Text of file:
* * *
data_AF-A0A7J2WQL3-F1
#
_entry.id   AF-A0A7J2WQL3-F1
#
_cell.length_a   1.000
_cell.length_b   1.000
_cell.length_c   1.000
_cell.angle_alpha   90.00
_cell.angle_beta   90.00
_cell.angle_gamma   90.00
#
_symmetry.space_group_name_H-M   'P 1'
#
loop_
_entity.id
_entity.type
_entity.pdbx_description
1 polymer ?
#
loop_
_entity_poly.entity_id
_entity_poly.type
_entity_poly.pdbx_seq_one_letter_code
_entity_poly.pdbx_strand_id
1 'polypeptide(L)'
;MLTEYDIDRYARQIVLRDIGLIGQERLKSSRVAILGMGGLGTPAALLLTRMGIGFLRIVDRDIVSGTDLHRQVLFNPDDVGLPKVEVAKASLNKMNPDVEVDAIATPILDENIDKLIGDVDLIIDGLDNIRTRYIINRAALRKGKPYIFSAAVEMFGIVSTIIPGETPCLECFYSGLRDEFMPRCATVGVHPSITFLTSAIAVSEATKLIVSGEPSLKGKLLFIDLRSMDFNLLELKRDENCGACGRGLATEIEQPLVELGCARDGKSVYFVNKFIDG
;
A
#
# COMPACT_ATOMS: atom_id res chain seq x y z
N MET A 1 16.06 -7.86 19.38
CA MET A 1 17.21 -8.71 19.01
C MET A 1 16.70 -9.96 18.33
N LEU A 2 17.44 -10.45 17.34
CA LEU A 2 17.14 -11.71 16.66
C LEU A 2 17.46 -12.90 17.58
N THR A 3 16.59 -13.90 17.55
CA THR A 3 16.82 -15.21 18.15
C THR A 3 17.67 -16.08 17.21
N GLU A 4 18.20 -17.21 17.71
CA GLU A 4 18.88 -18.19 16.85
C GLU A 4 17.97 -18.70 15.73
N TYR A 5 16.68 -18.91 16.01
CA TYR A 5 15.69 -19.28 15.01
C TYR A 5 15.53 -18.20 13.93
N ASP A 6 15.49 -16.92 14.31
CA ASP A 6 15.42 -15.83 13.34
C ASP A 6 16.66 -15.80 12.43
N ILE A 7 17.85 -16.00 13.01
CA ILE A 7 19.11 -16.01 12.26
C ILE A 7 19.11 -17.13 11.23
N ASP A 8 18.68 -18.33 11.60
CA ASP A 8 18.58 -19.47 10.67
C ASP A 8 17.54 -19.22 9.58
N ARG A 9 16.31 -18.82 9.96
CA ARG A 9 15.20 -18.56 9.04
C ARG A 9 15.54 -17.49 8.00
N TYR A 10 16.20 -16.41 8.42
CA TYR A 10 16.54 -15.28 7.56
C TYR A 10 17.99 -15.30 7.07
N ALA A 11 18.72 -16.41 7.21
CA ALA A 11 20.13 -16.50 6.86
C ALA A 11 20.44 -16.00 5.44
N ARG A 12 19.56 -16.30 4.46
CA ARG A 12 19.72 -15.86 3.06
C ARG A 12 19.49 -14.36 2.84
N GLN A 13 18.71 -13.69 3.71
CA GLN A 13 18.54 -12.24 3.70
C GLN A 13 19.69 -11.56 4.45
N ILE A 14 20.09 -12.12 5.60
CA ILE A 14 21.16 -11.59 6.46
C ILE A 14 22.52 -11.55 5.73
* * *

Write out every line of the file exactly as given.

data_AF-A0A7J2WQL3-F1
#
_entry.id   AF-A0A7J2WQL3-F1
#
_cell.length_a   1.000
_cell.length_b   1.000
_cell.length_c   1.000
_cell.angle_alpha   90.00
_cell.angle_beta   90.00
_cell.angle_gamma   90.00
#
_symmetry.space_group_name_H-M   'P 1'
#
loop_
_entity.id
_entity.type
_entity.pdbx_description
1 polymer ?
#
loop_
_entity_poly.entity_id
_entity_poly.type
_entity_poly.pdbx_seq_one_letter_code
_entity_poly.pdbx_strand_id
1 'polypeptide(L)'
;MLTEYDIDRYARQIVLRDIGLIGQERLKSSRVAILGMGGLGTPAALLLTRMGIGFLRIVDRDIVSGTDLHRQVLFNPDDVGLPKVEVAKASLNKMNPDVEVDAIATPILDENIDKLIGDVDLIIDGLDNIRTRYIINRAALRKGKPYIFSAAVEMFGIVSTIIPGETPCLECFYSGLRDEFMPRCATVGVHPSITFLTSAIAVSEATKLIVSGEPSLKGKLLFIDLRSMDFNLLELKRDENCGACGRGLATEIEQPLVELGCARDGKSVYFVNKFIDG
;
A
#
# COMPACT_ATOMS: atom_id res chain seq x y z
N MET A 1 16.06 -7.86 19.38
CA MET A 1 17.21 -8.71 19.01
C MET A 1 16.70 -9.96 18.33
N LEU A 2 17.44 -10.45 17.34
CA LEU A 2 17.14 -11.71 16.66
C LEU A 2 17.46 -12.90 17.58
N THR A 3 16.59 -13.90 17.55
CA THR A 3 16.82 -15.21 18.15
C THR A 3 17.67 -16.08 17.21
N GLU A 4 18.20 -17.21 17.71
CA GLU A 4 18.88 -18.19 16.85
C GLU A 4 17.97 -18.70 15.73
N TYR A 5 16.68 -18.91 16.01
CA TYR A 5 15.69 -19.28 15.01
C TYR A 5 15.53 -18.20 13.93
N ASP A 6 15.49 -16.92 14.31
CA ASP A 6 15.42 -15.83 13.34
C ASP A 6 16.66 -15.80 12.43
N ILE A 7 17.85 -16.00 13.01
CA ILE A 7 19.11 -16.01 12.26
C ILE A 7 19.11 -17.13 11.23
N ASP A 8 18.68 -18.33 11.60
CA ASP A 8 18.58 -19.47 10.67
C ASP A 8 17.54 -19.22 9.58
N ARG A 9 16.31 -18.82 9.96
CA ARG A 9 15.20 -18.56 9.04
C ARG A 9 15.54 -17.49 8.00
N TYR A 10 16.20 -16.41 8.42
CA TYR A 10 16.54 -15.28 7.56
C TYR A 10 17.99 -15.30 7.07
N ALA A 11 18.72 -16.41 7.21
CA ALA A 11 20.13 -16.50 6.86
C ALA A 11 20.44 -16.00 5.44
N ARG A 12 19.56 -16.30 4.46
CA ARG A 12 19.72 -15.86 3.06
C ARG A 12 19.49 -14.36 2.84
N GLN A 13 18.71 -13.69 3.71
CA GLN A 13 18.54 -12.24 3.70
C GLN A 13 19.69 -11.56 4.45
N ILE A 14 20.09 -12.12 5.60
CA ILE A 14 21.16 -11.59 6.46
C ILE A 14 22.52 -11.55 5.73